Never let it be said that I'm not an equal opportunity offender. And apparently, I'm offending someone.
Of course, this particular dispute stems from a couple of posts wherein the righteously indignant (yet internet famous) Mark Bennett tells prosecutors (and even alludes that some judges could be included) to watch out and even gives them a "friendly" head's up, saying that next time they do something that violates the Rules of Conduct, they just might get "that certified letter from Austin."
In another post he even ponders the always-present "who's watching the watchers" issue when he states that he knows why it’s so hard to get a grievance sustained against a prosecutor: "even when they lie, cheat, hide evidence, and send unethical letters to people represented by counsel". According to him, it's because the perception of prosecutos is that they can do no wrong, and when even the Office of Chief Disciplinary Counsel loves prosecutors how can we expect them to take action against the unethical ones?
Here's an idea for you Mr. Bennett: make them aware of it in the first place.
So, I'm sure with all of your indignation you'll be reporting them for disciplinary action, like you threatened to do, so they never do it to one of your clients, right?
Of course not.
Even you ask, in the very title of your post, how this can possibly be OK. And instead of doing what you threaten to do not a few days before, you prevent any form of dissent from being discussed on your blog by denouncing it as bile, to be posted on my blog that nobody will read (which I pretty much said was the case in my first post, and your comment in the early posts was fairly complimentary...).
But, God forbid someone have to put up with their own words being thrown in their face. Way to talk a big game, yet do nothing but have "constructive conversations" when confronted with violations of the rules.
Edmund Burke was setting the absolute minimum standard for evil to prevail when he said that it would if good men do nothing. But you know what else will help it along? When defense attorneys don't have the courage to take action and are more concerned with their internet presece than they are with representing their clients or making sure that our profession is cleaned out of all of the scumbags--on any side of the bar--who break the rules.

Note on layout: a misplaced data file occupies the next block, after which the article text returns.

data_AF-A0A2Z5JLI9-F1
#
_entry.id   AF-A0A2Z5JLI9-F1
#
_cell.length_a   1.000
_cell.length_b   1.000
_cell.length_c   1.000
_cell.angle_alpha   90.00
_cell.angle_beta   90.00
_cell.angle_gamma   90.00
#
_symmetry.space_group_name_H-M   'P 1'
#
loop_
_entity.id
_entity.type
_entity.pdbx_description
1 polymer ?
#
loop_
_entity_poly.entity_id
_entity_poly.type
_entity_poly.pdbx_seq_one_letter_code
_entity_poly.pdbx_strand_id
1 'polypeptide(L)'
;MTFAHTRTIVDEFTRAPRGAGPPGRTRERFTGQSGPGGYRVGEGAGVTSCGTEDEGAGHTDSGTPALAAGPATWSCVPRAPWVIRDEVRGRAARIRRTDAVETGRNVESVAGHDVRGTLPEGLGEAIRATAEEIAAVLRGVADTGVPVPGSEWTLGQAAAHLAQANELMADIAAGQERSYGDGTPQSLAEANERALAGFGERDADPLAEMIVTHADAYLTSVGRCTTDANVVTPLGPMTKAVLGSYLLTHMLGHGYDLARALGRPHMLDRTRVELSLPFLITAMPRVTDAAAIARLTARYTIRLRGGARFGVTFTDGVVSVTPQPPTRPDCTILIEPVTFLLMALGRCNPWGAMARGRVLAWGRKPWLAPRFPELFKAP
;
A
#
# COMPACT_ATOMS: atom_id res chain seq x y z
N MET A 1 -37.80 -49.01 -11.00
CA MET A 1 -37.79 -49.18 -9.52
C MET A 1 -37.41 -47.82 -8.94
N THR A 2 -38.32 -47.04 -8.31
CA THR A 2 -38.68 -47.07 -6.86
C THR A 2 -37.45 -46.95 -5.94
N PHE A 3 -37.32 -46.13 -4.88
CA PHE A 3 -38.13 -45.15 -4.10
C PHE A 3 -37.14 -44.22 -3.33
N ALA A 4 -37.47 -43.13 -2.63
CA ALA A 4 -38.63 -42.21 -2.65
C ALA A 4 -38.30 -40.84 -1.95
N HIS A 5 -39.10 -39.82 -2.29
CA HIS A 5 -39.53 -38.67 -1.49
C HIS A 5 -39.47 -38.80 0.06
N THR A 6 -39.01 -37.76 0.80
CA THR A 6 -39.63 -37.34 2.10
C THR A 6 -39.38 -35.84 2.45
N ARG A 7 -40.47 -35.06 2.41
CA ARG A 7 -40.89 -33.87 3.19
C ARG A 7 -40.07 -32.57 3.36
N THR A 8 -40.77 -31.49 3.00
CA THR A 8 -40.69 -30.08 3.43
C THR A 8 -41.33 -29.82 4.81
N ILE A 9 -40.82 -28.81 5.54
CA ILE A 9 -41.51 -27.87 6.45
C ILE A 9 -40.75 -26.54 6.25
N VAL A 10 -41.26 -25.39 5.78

Congratulations on your huge internet readership Mr. Bennett.
UPDATE: I can't tell you how much pleasure I just got out of telling my esteemed colleague Mr. Bennett that he referred to one of my recent posts on Life at the Harris County Criminal Justice Center as being correct. It was anonymous because when I posted I was sitting at the airport waiting for friends to come to town, and I hit post before filling anything with my name. My posts there are moderated but mostly approved when they're middle of the road, as that one was. So Bennett made the mistake of quoting me, which I couldn't help but tell him about.
His response? To list me as spam on all Wordpress blogs.
Man, that guy really doesn't like to be told he's wrong, but he likes it even less when he accidentally agrees with someone who's trying to hold him accountable for his ethics.
Oh well, I'm not too concerned about losing the confidence of a criminal lawyer who tried to tell me that there were no circumstances that would ever allow a judge in Texas to hold a defendant without bail, only to find within two minutes several reasons why it could be done. I'll just assume that the rest of his advice is equally as valuable.
(Note to Mark: I said "valuable," but I don't really mean it.)
There Goes a Man
1 year ago